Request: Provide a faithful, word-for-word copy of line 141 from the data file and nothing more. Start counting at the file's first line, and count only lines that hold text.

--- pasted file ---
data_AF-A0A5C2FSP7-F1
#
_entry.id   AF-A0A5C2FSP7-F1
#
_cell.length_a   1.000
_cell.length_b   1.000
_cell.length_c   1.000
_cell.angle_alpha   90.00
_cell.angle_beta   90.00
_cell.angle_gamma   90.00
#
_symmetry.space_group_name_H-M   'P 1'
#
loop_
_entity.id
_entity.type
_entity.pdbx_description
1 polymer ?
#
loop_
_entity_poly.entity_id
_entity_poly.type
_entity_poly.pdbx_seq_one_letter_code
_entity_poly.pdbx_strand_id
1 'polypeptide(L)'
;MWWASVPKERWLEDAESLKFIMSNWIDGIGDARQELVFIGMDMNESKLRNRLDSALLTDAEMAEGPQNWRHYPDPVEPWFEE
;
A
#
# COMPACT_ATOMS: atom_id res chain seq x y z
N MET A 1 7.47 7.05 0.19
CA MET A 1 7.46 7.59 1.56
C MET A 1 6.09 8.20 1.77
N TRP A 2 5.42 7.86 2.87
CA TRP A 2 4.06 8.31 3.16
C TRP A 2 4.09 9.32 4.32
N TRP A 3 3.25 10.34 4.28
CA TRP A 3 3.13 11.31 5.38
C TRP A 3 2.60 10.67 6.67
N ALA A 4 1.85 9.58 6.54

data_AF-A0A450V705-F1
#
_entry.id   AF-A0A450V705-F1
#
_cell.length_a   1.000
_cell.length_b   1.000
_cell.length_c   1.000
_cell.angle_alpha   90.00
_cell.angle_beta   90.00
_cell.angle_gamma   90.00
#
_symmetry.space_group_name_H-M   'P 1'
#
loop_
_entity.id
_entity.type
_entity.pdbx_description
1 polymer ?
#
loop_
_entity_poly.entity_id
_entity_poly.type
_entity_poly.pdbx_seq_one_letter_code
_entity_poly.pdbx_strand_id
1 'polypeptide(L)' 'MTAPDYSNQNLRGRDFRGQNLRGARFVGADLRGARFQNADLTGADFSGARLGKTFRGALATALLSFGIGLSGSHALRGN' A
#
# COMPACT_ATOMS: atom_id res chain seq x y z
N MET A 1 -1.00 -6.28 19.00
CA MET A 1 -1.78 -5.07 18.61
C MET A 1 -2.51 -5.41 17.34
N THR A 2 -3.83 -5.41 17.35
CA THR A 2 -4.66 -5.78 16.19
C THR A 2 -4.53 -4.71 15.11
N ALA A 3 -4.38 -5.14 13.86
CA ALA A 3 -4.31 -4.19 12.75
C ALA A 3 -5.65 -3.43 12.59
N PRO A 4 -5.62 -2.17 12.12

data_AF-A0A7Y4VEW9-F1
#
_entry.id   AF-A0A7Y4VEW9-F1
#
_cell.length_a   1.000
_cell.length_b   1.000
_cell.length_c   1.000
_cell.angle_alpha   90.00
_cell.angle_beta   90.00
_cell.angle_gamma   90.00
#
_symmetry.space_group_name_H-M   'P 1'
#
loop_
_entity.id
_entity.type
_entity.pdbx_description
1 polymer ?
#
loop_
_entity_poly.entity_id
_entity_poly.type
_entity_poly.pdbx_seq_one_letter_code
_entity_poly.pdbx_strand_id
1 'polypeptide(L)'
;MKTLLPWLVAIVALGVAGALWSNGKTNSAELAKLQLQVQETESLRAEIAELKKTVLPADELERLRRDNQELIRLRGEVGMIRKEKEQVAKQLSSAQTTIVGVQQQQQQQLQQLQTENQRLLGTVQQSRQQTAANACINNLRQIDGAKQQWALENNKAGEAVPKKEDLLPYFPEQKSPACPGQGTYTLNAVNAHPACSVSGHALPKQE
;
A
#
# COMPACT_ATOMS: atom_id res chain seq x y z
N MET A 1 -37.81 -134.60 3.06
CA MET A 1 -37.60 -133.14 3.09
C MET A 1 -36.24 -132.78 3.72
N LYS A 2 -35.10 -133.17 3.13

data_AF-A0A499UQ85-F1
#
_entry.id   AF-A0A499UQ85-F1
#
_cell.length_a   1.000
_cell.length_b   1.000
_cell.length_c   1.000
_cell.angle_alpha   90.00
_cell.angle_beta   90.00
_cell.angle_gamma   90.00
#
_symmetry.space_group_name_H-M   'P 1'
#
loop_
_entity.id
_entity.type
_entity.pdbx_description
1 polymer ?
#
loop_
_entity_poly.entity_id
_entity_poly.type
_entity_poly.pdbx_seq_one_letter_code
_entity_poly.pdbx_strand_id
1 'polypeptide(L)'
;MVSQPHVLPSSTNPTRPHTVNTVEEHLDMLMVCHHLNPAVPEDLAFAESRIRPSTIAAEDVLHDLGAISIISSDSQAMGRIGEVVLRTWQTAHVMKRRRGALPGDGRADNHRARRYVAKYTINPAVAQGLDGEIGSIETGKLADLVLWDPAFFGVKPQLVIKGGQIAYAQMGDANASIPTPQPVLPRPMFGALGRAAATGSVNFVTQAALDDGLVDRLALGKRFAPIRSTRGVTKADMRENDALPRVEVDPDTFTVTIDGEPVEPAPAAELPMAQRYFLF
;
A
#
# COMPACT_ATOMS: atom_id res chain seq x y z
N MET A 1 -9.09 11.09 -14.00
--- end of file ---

# COMPACT_ATOMS: atom_id res chain seq x y z